Have you seen those questionnaires for book lovers? My answer is always the same. “If you were forever stranded on a desert island, what book would you want with you besides the Bible?” Anne of Green Gables. “What work of fiction would you save from an indiscriminate tornado?” Uh, Anne of Green Gables. Here’s the best one: “If you had to recommend only one English-language novel to visiting alien authors from Mars, what would it be?”
Not even every earthling understands what the big deal is about this novel published in 1908. The prose is beyond flowery, and author Lucy Maud Montgomery might never have heard of the principles of POV—or if she did, she charmingly chose to ignore them. And for Pete’s sake, its central character is an eleven-year-old orphan girl who longs for puffed sleeves, without question considers being born with red hair her greatest burden, and whose imagination is well beyond anything most of us have ever encountered in a single person.
So why does this book remain a favorite for so many twenty-first century readers well into adulthood? Here are only three of the many reasons I think that is, and what I think all novelists—male, female, and Martian—can learn from Ms. Montgomery’s beloved bestseller.
1. The character of Anne authentically captures the spirit and vulnerability of the human heart. Anne’s heart is open and tender from beginning to end, with a spirit I think the author subtly portrays as God-protected before arriving at Green Gables. Anne's story also reflects some of Lucy Maud Montgomery’s personal experiences, hopes, and dreams, as well as a developing faith we instinctively know is the author's own. When novelists infuse their characters' lives with some of their own life-shaping events, emotions, and deepest beliefs, readers relate and respond.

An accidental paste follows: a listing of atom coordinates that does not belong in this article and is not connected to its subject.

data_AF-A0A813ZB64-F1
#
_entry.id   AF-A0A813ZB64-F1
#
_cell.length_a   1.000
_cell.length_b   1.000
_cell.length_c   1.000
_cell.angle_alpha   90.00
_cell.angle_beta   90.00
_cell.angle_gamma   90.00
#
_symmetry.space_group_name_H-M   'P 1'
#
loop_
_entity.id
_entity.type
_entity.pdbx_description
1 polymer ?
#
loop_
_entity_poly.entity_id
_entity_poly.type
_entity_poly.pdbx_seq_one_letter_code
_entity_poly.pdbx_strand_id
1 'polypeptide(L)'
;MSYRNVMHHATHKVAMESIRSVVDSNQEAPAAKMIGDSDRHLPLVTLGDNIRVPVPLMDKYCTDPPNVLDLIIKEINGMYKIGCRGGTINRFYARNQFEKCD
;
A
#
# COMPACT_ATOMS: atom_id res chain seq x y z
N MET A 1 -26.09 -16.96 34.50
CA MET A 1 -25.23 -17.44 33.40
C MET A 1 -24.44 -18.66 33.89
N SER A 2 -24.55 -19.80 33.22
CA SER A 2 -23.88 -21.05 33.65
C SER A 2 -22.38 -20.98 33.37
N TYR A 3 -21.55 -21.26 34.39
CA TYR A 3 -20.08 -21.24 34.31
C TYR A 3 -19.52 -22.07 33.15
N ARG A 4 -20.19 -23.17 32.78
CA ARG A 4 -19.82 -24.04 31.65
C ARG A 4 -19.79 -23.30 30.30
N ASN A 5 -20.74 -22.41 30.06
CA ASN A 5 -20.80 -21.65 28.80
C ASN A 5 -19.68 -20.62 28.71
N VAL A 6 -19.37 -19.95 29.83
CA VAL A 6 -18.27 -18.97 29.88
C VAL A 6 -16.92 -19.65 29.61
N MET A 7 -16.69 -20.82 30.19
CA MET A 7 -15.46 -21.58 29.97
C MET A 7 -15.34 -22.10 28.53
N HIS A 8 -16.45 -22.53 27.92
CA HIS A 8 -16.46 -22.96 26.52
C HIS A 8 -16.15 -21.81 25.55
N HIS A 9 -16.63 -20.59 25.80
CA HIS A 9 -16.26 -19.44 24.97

2. The characters of Matthew and Marilla authentically capture the life-affirming gifts of compassion and acceptance. The Cuthberts are an older, never-married brother and sister pair, mistakenly sent a scrawny orphan girl to help them run their farm instead of the boy they requested. Even though Anne’s charm as a “real interesting little thing” has much to do with their decision to keep her, their compassion toward a little girl who has never been shown real love is unforgettable. When an author portrays genuine acceptance and love in their stories, readers often feel inspired to live out acceptance and love in their own lives.
3. The character of Avonlea authentically captures the importance of growth in community. Fictional Avonlea in the real Prince Edward Island is the beautiful, Canadian setting for this and most of Ms. Montgomery’s books. Anne loves her new home and its many places that have "scope for imagination." But it is the island's cast of characters that provides her real-life, character-building and faith-building interaction as over the course of the book she becomes an admired young woman of sixteen. When today’s novelists create community that allows their characters to belong and grow, they encourage modern readers to appreciate, or if necessary seek, the life-giving life-sharing everyone needs.
Now, excuse me, please. I have to read Anne of Green Gables one more time. Those Martian authors could arrive at any moment, and I must prepare to point out all the best parts.
After twenty-four years with publishing house Zondervan in Grand Rapids, Michigan, most recently as an executive managing editor, Jean Bloom returned to Central Indiana to be near family and take her freelance editorial business full-time (Bloom in Words Editorial Services). Her personal blog is Bloom in Words too, where she often posts articles about the writing life. She and her husband, Cal, have three children and five grandchildren.